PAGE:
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Mayor Fiorello La Guardia reading the Daily News election results in 1941.


IAM PRESENTS “UNMASKED: THE STORY OF THE VENETIAN CARNIVAL

Exhibition Runs from February 11 to March 15, 2010

NEWS MEDIA CONTACT: Joe Carella,
Joseph J. Carella Associates Inc., 212-262-8800

The Italian American Museum (155 Mulberry St., 212-965-9000) will present “Unmasked: The Story of the Venetian Carnival,” from February 11 to March 15, 2010. The exhibition will feature actual Venetian carnival masks, as well as acclaimed photographer Anita Sanseverino’s colorful interpretive essay of the centuries-old tradition.

Carnival masks are the hallmark of il Carnevale di Venezia, which began in the 13th Century, and the wearing of masks and costumes was well established by 1436, when mask makers or mascareri were officially recognized with their own guild. Historically, masquerading was a shared practice among Venetians, regardless of social stature. It was the “great equalizer” of its day. The average citizen found that by wearing a mask they could be anyone they wished to be, regardless of their social status; by being hidden behind the mask, they could escape the restrictions of Venetian society.

Ms. Sanseverino’s vibrant and beautifully photographed essay of Venetian masks presents viewers with a visual perspective of the famed revelry and rituals of the Carnevale. With the breathtaking city of Venice as her backdrop, her well-timed camera records many faces of mystery. Lone figures that haunt, romantic couples that shout their closeness with coordinated ensembles, individuals who surrender to a united theme—all are among the thousands of free-spirited actors playing out their fantasy roles on the Carnevale stage. Her unsuspecting players silently depict why a Carnevale ogni scherzo vale (“anything goes at Carnevale”), unwittingly revealing what they’ve striven so hard to disguise.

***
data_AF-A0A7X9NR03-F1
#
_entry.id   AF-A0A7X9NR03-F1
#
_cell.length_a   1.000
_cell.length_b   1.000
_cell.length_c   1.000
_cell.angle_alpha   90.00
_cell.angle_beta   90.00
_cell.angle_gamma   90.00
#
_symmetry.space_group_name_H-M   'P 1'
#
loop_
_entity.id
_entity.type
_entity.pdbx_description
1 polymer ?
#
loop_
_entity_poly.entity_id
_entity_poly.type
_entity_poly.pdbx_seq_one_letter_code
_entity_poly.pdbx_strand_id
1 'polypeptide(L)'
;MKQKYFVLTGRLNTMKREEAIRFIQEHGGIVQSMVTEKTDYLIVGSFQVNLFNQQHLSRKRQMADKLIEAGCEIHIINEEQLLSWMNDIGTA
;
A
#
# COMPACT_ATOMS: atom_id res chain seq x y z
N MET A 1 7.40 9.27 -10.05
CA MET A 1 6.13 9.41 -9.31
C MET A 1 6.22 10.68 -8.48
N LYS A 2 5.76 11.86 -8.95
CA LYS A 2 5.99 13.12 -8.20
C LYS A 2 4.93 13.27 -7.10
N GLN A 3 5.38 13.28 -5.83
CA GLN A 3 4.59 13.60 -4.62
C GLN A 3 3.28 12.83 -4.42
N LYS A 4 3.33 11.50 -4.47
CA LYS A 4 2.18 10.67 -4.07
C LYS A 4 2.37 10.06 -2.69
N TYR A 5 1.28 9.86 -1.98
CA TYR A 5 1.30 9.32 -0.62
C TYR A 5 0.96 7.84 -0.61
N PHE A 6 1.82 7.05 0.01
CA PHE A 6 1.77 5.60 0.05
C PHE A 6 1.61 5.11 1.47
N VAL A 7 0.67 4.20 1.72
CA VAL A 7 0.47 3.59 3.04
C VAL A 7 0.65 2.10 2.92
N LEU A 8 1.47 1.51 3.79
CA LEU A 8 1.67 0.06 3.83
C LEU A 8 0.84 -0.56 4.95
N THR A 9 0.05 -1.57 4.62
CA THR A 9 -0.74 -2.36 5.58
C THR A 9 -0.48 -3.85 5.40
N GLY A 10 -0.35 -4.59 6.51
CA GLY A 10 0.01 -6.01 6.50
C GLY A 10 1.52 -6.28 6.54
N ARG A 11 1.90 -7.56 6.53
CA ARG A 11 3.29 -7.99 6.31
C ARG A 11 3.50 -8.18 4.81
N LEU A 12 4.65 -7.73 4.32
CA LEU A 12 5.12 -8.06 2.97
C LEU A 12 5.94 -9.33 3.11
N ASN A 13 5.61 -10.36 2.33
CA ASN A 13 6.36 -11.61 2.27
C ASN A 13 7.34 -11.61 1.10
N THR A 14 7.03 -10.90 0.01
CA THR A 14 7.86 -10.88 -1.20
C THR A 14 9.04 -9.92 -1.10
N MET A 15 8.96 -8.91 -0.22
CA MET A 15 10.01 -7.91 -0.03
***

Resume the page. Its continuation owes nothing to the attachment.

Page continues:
“Carnevale” literally means “farewell to meat” and refers to the beginning of Lent, when Italians would refrain from consuming meat until Easter. In many parts of the world, it is celebrated as “Mardi Gras” or “Fat Tuesday.”

The Italian American Museum is located at 155 Mulberry St., at the corner of Grand St. in the heart of New York’s Little Italy. The museum’s hours are Wednesdays through Sundays, 11 AM to 6 PM; Friday to 8 PM. For more information, call 212-965-9000 or visit www.italianamericanmuseum.org.

Founded in 2001, the Italian American Museum is dedicated to exploring the rich cultural heritage of Italy and Italian Americans by presenting the individual and collective struggles and achievements of Italians and their heirs to the American way of life. The Museum received its provisional charter from the New York State Board of Regents on June 12, 2001 and is a 501(c) (3) organization.



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